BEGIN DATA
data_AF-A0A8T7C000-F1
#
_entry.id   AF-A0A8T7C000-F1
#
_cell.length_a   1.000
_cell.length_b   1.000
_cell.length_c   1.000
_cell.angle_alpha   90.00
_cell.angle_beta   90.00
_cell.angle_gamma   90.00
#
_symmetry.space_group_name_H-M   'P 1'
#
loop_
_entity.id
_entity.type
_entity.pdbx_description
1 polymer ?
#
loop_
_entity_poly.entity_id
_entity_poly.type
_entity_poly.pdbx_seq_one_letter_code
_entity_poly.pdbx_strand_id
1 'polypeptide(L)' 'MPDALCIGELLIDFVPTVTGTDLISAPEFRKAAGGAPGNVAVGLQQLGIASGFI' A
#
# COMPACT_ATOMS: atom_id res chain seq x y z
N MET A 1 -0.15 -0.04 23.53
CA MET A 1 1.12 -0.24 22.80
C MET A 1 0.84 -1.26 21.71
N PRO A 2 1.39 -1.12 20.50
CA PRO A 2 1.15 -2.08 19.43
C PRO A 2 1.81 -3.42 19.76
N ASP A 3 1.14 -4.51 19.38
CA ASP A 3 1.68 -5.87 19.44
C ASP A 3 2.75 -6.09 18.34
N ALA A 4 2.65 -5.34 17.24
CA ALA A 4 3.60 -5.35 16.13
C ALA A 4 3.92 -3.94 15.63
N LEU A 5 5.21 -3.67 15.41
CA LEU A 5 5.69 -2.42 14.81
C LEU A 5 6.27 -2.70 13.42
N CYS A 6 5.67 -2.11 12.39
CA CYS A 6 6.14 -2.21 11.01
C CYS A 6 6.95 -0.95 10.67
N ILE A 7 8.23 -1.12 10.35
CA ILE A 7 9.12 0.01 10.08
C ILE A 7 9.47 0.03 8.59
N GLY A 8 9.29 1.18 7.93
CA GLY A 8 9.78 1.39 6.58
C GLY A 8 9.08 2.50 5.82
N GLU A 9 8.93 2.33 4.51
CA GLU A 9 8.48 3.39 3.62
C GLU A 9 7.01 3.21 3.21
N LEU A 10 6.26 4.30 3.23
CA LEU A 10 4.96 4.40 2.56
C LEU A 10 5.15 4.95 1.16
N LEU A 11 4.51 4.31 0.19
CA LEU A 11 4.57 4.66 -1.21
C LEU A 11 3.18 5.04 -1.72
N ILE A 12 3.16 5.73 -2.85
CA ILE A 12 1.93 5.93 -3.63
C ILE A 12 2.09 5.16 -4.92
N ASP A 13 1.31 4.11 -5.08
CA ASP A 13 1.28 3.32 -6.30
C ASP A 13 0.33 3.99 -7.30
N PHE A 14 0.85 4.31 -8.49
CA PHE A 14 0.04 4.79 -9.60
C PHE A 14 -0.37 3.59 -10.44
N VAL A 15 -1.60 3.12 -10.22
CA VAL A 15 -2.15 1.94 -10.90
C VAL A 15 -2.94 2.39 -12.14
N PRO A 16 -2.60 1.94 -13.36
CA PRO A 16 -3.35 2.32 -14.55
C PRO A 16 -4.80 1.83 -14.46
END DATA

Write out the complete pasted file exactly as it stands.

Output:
data_AF-A0A8T7C000-F1
#
_entry.id   AF-A0A8T7C000-F1
#
_cell.length_a   1.000
_cell.length_b   1.000
_cell.length_c   1.000
_cell.angle_alpha   90.00
_cell.angle_beta   90.00
_cell.angle_gamma   90.00
#
_symmetry.space_group_name_H-M   'P 1'
#
loop_
_entity.id
_entity.type
_entity.pdbx_description
1 polymer ?
#
loop_
_entity_poly.entity_id
_entity_poly.type
_entity_poly.pdbx_seq_one_letter_code
_entity_poly.pdbx_strand_id
1 'polypeptide(L)' 'MPDALCIGELLIDFVPTVTGTDLISAPEFRKAAGGAPGNVAVGLQQLGIASGFI' A
#
# COMPACT_ATOMS: atom_id res chain seq x y z
N MET A 1 -0.15 -0.04 23.53
CA MET A 1 1.12 -0.24 22.80
C MET A 1 0.84 -1.26 21.71
N PRO A 2 1.39 -1.12 20.50
CA PRO A 2 1.15 -2.08 19.43
C PRO A 2 1.81 -3.42 19.76
N ASP A 3 1.14 -4.51 19.38
CA ASP A 3 1.68 -5.87 19.44
C ASP A 3 2.75 -6.09 18.34
N ALA A 4 2.65 -5.34 17.24
CA ALA A 4 3.60 -5.35 16.13
C ALA A 4 3.92 -3.94 15.63
N LEU A 5 5.21 -3.67 15.41
CA LEU A 5 5.69 -2.42 14.81
C LEU A 5 6.27 -2.70 13.42
N CYS A 6 5.67 -2.11 12.39
CA CYS A 6 6.14 -2.21 11.01
C CYS A 6 6.95 -0.95 10.67
N ILE A 7 8.23 -1.12 10.35
CA ILE A 7 9.12 0.01 10.08
C ILE A 7 9.47 0.03 8.59
N GLY A 8 9.29 1.18 7.93
CA GLY A 8 9.78 1.39 6.58
C GLY A 8 9.08 2.50 5.82
N GLU A 9 8.93 2.33 4.51
CA GLU A 9 8.48 3.39 3.62
C GLU A 9 7.01 3.21 3.21
N LEU A 10 6.26 4.30 3.23
CA LEU A 10 4.96 4.40 2.56
C LEU A 10 5.15 4.95 1.16
N LEU A 11 4.51 4.31 0.19
CA LEU A 11 4.57 4.66 -1.21
C LEU A 11 3.18 5.04 -1.72
N ILE A 12 3.16 5.73 -2.85
CA ILE A 12 1.93 5.93 -3.63
C ILE A 12 2.09 5.16 -4.92
N ASP A 13 1.31 4.11 -5.08
CA ASP A 13 1.28 3.32 -6.30
C ASP A 13 0.33 3.99 -7.30
N PHE A 14 0.85 4.31 -8.49
CA PHE A 14 0.04 4.79 -9.60
C PHE A 14 -0.37 3.59 -10.44
N VAL A 15 -1.60 3.12 -10.22
CA VAL A 15 -2.15 1.94 -10.90
C VAL A 15 -2.94 2.39 -12.14
N PRO A 16 -2.60 1.94 -13.36
CA PRO A 16 -3.35 2.32 -14.55
C PRO A 16 -4.80 1.83 -14.46